COLD WEATHER INCIDENT
By Steve Moreland, December 29, 2017
As I am writing this, the thermometer is hovering near the zero degree mark. It is supposed to get well below zero tonight, and nearly 20 below for the next two nights. Highs for a couple days will not get up to zero. This bitter cold weather at the end of December conjured up a memory from about 35 years ago.
Carol and I got married in the summer of 1979. It was New Year’s Eve in either 1979 or 1980. We had spent the evening at John and Ingrid Fairhead’s house north of Merriman, playing cards, visiting, and seeing in the new year at midnight. The temperature was 20 below zero when we headed for home, but there was a pretty bright moon lighting the snowy landscape. Highway 61 was a noticeably lonesome road that night as we traversed the 18 miles south of Merriman to get to the ETV tower, where we would turn to go another mile west to where we lived.
We were within about four miles of our ranch when we happened upon a car in the middle of the highway. The engine was off, but there was a lone occupant sleeping face-down on the steering wheel. I recognized the man as Red Dunn. Red was the cook at the Minor Ranch, which was another 15 or 20 miles further south. Red was a good cook, and he had even concocted a specialty product called Red Dunn’s salad dressing, which was sold in some local stores. Red was also a fairly proficient drinking man. He had celebrated the coming of the New Year quite rambunctiously before heading back home. Now his car had conked out, and all he was wearing was a light jacket.
I got Red shook awake. He said his car had stalled out, and so had he. The car wouldn’t start, but I had some jumper cables along. We turned our pickup around, and jump started his car. Red took off driving, but the car killed out within a hundred yards. We jumped it again, and I told Red to move over, that I would drive his car and him on to the Minor Ranch. Carol followed along in our pickup.
By the time we arrived at the Minor Ranch cookhouse, Red had sobered up a little bit and was becoming more coherent with his speech. By then he realized the direness of his situation, and was very grateful for Carol and me seeing that he got home. He mumbled that we had quite possibly saved his life, and then invited us in. He said he would cook up the biggest steaks in the house to feed us in payment for our efforts. We politely declined, saying that we had been snacking all evening and would now probably make it until time for breakfast. We also figured it would be the Minor Ranch that would be supplying those tasty steaks.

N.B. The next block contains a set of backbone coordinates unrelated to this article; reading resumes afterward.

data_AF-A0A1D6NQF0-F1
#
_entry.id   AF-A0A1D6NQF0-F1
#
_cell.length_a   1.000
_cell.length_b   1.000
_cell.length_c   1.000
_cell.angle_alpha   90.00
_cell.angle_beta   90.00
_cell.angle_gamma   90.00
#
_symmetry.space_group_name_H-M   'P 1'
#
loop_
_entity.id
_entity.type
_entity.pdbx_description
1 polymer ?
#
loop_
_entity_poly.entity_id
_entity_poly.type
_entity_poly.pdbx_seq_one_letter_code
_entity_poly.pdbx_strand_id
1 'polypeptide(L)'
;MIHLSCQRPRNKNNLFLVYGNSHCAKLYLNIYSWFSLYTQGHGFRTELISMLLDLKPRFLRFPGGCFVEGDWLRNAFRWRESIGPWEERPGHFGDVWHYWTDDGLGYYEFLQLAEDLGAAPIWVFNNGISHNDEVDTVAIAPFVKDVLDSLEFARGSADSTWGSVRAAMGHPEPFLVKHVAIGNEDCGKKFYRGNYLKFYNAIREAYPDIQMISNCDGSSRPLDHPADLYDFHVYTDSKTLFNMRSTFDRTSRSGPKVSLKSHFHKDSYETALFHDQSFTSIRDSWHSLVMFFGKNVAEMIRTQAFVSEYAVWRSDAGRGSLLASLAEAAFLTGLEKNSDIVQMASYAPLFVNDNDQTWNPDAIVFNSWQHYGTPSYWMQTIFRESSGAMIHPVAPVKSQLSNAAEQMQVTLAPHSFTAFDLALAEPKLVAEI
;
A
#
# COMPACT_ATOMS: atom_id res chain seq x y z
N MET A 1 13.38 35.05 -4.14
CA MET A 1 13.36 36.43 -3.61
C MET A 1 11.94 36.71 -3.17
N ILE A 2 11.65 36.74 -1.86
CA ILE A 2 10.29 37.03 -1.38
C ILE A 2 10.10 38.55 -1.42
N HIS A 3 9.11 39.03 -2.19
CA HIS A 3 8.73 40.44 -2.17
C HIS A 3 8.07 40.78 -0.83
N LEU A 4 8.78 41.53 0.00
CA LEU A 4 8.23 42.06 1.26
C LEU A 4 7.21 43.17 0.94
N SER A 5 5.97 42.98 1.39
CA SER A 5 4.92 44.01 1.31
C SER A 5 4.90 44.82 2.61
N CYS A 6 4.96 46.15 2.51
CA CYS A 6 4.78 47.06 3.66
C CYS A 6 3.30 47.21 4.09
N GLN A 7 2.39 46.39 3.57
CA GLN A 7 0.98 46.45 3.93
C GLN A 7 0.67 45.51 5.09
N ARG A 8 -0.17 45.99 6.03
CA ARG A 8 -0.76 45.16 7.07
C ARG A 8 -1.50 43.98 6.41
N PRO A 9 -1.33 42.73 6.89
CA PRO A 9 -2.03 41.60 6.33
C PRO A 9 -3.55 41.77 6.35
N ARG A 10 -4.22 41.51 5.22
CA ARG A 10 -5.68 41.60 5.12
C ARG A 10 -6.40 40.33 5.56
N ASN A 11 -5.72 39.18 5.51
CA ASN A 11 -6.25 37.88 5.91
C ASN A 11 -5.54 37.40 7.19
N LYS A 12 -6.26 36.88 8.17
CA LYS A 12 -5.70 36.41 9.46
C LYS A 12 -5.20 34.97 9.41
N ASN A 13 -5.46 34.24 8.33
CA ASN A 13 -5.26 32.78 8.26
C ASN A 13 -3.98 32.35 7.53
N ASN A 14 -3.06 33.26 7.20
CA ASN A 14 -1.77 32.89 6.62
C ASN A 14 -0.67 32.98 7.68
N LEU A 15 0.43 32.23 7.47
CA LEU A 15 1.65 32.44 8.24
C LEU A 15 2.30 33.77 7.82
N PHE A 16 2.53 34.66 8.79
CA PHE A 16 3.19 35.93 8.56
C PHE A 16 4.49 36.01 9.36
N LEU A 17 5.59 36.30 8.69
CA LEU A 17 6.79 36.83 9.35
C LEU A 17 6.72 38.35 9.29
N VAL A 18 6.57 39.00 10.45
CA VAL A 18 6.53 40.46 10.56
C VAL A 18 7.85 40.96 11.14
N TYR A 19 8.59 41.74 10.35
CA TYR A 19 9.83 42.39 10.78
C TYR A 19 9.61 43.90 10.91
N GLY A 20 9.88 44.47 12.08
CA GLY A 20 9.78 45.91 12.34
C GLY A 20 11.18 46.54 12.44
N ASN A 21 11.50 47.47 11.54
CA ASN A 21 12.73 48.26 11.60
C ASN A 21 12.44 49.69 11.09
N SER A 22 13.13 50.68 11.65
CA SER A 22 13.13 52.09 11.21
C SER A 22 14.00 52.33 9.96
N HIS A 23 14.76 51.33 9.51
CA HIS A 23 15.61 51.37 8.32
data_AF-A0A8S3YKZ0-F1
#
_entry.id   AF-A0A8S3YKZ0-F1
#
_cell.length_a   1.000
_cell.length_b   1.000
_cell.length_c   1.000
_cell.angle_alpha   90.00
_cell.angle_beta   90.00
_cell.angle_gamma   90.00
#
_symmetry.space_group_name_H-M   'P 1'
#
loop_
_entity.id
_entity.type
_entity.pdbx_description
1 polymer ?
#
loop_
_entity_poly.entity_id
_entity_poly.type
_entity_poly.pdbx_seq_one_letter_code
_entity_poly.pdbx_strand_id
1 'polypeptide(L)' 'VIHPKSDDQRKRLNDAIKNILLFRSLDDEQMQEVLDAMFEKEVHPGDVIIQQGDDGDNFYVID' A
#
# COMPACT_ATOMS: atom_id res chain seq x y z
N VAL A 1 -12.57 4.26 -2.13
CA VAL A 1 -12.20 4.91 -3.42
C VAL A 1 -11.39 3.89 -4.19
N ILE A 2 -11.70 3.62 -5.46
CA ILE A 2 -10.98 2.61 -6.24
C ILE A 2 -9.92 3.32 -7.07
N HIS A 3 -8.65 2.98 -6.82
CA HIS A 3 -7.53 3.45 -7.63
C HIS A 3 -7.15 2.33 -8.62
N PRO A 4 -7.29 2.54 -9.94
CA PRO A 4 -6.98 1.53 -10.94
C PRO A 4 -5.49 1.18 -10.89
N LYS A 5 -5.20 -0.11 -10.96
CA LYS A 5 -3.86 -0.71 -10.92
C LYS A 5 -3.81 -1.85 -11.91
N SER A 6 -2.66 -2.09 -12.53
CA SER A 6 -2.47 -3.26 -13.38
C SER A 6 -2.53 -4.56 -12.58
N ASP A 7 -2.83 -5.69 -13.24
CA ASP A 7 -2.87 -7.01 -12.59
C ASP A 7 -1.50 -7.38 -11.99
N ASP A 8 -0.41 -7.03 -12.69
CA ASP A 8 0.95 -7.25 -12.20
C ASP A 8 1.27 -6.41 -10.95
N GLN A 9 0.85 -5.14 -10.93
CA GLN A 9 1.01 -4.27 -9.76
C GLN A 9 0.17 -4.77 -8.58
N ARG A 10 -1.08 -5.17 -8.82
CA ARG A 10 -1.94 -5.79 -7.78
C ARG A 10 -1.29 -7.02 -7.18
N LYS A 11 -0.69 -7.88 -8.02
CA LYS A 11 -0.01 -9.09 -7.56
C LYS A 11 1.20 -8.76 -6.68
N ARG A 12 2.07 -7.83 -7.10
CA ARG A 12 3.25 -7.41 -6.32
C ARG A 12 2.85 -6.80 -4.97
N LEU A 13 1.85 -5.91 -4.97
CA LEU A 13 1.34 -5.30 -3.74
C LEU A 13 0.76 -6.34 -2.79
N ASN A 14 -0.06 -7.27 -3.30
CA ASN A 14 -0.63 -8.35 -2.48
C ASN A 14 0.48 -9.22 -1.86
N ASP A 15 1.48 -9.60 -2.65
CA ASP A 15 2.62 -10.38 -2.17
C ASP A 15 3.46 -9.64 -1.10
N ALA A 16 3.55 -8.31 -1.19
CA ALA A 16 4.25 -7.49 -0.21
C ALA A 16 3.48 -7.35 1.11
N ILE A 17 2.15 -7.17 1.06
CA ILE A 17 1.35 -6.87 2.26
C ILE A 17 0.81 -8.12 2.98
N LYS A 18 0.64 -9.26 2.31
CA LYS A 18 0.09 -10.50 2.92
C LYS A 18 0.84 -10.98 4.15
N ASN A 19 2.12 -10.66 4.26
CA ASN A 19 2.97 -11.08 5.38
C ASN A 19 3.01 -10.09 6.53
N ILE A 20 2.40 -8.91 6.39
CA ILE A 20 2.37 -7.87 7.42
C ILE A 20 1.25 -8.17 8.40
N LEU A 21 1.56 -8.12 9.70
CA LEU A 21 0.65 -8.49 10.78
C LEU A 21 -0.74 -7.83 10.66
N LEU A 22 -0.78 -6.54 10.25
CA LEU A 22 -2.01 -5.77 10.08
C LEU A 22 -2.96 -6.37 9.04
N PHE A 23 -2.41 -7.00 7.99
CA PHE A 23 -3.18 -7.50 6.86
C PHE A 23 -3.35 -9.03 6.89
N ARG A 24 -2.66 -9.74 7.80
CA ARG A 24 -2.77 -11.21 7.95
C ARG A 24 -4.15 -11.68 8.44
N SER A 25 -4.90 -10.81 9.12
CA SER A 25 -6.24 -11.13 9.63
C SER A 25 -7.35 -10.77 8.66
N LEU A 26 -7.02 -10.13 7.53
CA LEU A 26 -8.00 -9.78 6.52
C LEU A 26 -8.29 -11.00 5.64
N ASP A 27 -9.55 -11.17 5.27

As we traveled back along Highway 61 to our turn-off, we didn’t meet a single vehicle. Poor old Red might not have fared so well if we hadn’t happened to come along.
Here is another story that combines drinking and cold weather. It is from the book TRAILS OF A WILDERNESS WANDERER, by Andy Russell--Alfred A. Knopf Publishing, New York, 1971
These are the words of Andy Russell:
“When my grandfather first came to Fort Macleod in 1882 while working on the survey, he made the acquaintance of the local blacksmith, a man known as Smiley. The biggest part of Smiley’s business was shoeing police mounts and repairing the ironwork and chains that went with the freight wagons and bull teams owned by the I.J. Baker Company. This company hauled all the freight from the steamboats on the Missouri at Fort Benton in Montana, which was the main source of goods coming into the country at that time. Smiley prevailed on my grandfather for a loan, which was given to him upon transfer of a note. When the loan came due, Grandfather went to see him one snappy cold morning in November. He found the blacksmith asleep in his shop, snoring and dead to the world on a work bench. It turned out Smiley had a drinking problem. Heading for his shack the previous evening very drunk, he apparently became a little confused and went instead to his shop. There, in lieu of going to bed, he lay down on the bench beside a pile of chains. It was near zero, and as the cold penetrated, he began hauling chains across his middle. When Grandfather found him, he was snoring under enough chains to load down a big mule and blue with cold.”
Stay warm everyone, and if you go out in the cold, wear a big coat.
Last edited by Soapweed
on Sat Dec 30, 2017 9:24 am, edited 1 time in total.